Today is International Women’s Day and we’d like to take a moment to celebrate all the wonderful women working in the tech industry.
To begin, we’d like to start with a couple of comments from our colleagues here at K3:
“I’m proud to be the leader of an international team, working with many different nationalities, cultures and backgrounds,” said Chimene van Goudswaard, Service Delivery Director.
“Being open to different perspectives and characteristics as well as stimulating creativity and innovation are all benefits of being part of a diverse workforce.”
Meanwhile, Darshnee Shah, Product Manager at K3 Syspro, said:
“I love working in tech with some very clever women and men!
“It’s a unique industry that touches upon so many others with infinite ability to make things better, faster, simpler… and there’s always a promise of new learnings.”
Embracing diversity breaks down our biases
While International Women’s Day is a time for celebration – it is also a time for reflection.
The tech industry has historically been behind the times in regard to diversity.
A study involving 2,000 students studying for either their A-levels or university degrees found that only 3% of females said a career in tech was their first choice while 78% of them couldn’t name a famous female working in tech.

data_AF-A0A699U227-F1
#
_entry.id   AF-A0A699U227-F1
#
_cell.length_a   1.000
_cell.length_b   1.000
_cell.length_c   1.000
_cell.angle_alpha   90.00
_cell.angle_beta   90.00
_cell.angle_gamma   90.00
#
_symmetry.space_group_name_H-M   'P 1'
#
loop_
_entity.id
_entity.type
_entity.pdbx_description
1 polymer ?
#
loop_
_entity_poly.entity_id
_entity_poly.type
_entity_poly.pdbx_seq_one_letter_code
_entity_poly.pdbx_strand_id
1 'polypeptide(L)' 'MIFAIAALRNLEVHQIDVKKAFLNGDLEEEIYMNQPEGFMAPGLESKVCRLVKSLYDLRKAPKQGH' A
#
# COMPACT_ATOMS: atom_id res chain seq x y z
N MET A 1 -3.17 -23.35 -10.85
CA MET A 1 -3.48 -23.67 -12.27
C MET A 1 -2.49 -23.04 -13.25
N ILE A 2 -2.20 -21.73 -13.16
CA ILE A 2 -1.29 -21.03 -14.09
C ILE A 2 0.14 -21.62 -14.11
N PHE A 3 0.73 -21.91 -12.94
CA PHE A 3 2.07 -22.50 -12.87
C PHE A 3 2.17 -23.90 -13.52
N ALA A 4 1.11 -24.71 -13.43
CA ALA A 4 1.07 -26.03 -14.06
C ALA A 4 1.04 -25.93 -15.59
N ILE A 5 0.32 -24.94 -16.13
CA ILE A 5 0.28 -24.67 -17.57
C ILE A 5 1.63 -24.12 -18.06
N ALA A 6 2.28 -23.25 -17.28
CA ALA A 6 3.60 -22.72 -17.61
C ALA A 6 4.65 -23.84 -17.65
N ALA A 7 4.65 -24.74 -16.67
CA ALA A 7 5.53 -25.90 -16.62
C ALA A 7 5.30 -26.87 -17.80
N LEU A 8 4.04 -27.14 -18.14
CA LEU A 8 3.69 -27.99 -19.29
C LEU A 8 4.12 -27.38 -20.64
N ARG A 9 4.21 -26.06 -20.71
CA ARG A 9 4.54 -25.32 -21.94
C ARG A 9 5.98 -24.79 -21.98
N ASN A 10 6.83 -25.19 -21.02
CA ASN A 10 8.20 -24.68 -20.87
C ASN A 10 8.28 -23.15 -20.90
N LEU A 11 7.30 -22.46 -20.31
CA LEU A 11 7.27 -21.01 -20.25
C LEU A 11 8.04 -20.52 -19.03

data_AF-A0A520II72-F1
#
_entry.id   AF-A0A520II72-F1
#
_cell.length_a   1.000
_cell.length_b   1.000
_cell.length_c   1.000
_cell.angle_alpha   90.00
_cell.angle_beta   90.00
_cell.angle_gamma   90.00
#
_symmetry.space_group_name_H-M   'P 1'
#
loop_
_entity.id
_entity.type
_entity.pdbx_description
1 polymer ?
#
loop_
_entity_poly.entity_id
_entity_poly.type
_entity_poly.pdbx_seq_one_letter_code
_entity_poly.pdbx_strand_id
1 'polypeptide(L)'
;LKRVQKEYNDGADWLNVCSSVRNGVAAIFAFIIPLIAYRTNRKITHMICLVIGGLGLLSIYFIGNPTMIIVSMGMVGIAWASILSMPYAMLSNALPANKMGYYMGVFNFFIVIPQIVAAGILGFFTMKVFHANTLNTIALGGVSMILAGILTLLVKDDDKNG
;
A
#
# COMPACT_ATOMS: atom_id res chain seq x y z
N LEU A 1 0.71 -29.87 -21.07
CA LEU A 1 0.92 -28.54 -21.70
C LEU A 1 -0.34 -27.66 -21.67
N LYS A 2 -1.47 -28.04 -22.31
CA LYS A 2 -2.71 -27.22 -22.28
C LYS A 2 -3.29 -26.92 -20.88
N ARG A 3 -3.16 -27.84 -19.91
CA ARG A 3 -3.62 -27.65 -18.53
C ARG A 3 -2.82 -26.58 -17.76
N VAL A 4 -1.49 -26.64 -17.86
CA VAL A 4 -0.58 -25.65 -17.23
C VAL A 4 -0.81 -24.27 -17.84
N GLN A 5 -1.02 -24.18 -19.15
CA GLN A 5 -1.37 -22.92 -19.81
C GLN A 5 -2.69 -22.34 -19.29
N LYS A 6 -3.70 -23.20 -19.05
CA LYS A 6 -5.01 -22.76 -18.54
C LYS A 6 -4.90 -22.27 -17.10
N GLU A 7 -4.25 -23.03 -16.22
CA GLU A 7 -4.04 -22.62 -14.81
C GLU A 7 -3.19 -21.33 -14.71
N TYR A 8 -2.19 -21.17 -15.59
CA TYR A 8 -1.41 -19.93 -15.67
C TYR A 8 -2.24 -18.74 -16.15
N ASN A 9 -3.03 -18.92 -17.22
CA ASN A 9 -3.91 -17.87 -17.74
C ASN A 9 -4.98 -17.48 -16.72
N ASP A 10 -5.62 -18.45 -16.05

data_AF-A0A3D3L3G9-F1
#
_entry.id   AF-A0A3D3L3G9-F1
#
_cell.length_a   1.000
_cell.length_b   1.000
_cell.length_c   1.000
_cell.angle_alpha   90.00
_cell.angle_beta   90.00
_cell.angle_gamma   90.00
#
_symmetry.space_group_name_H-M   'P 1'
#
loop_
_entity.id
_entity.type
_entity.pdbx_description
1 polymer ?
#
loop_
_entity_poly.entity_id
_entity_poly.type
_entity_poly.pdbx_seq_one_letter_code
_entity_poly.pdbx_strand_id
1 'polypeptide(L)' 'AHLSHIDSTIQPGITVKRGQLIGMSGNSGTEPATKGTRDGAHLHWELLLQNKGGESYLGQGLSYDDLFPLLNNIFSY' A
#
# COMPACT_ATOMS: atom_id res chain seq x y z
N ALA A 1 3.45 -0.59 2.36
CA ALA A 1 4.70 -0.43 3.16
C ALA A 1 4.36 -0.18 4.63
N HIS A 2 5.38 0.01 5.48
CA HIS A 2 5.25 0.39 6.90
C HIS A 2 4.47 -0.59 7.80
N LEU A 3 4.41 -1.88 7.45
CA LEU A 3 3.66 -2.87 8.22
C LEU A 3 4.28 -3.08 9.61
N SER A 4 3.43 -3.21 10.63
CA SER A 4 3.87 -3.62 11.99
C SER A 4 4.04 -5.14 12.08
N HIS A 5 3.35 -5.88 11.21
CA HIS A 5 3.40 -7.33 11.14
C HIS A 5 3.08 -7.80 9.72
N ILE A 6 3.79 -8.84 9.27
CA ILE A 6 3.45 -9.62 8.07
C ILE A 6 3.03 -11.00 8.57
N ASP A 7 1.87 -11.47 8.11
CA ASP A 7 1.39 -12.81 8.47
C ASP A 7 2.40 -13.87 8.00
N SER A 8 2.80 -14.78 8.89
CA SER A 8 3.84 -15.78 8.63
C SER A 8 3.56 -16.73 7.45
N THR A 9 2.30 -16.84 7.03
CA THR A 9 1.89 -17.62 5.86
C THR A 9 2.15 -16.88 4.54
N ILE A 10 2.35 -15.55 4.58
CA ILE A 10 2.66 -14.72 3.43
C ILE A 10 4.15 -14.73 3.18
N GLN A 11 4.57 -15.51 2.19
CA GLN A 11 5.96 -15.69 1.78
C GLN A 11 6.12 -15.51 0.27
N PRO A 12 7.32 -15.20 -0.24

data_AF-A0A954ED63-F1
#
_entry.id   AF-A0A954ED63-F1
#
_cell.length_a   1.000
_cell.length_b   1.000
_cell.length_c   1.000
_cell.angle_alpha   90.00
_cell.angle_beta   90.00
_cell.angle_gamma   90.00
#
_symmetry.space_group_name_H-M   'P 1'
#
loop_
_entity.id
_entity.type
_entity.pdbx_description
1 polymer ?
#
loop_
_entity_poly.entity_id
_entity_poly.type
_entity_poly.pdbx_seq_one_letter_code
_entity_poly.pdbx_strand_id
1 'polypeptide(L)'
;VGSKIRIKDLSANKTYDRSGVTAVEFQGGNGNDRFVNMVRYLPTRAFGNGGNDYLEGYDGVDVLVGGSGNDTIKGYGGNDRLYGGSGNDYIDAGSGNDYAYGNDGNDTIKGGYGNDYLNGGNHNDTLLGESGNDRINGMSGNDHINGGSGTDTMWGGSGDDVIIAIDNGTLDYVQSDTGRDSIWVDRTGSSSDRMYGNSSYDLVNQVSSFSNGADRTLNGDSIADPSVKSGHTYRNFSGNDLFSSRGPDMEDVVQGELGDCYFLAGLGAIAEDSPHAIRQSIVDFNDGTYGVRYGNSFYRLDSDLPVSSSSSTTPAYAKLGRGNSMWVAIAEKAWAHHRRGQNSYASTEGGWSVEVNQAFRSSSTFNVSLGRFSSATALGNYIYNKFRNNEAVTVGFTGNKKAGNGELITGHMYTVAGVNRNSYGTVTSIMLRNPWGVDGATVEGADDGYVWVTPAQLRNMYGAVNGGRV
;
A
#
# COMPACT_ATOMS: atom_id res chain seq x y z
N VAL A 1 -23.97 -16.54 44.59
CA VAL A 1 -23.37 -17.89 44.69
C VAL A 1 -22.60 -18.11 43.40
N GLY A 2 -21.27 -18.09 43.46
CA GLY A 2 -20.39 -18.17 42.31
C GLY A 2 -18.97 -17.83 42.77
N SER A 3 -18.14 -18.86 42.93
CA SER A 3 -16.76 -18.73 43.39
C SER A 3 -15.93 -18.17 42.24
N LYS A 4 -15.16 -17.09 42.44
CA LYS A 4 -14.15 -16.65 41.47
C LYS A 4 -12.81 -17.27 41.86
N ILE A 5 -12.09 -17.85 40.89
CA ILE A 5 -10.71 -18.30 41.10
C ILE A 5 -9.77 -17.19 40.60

To change this, we must educate people about both the importance and benefits of having an inclusive and representative environment.
Indeed, research has shown company profits and share performance can be close to 50% higher when women are well represented at the top.
“In my experience, it is really valuable to have both men and women in our development teams,” said Gerdien Cammeraat, Product Development Director at K3.
“Diversity, in general, is valuable for a team. We can learn from each other and combine our strengths to create a dream team!
“Embracing diversity breaks down our biases.”
You must let go of those prejudices and follow your dreams
93% of the capital invested into tech companies went to all-male founding teams – suggesting a fundamental lack of trust and belief in women.
Yet, technology does not discriminate, or hold prejudice against anyone, unless programmed to do so.
The issue derives from people – we created it. But we can also fix it.
“I am who I am and live the life I do because of the sacrifices made by women who came before me in the name of injustice,” said Roxanne Govender, Consultant at K3 Syspro. “I therefore pray that I will be able to do the same for the women who come after me.”
Meanwhile, Charlotte Andersen, Head of Customer Care at K3, said: “If we are to have more women choosing a career in IT, then the industry itself must be demystified and our prejudices changed.”
“Today, there is IT everywhere in our society. But when people talk about IT or programming, it still sounds as if it is only suitable for very special types of people at work.
“As a woman, you must let go of those prejudices and follow your dreams.”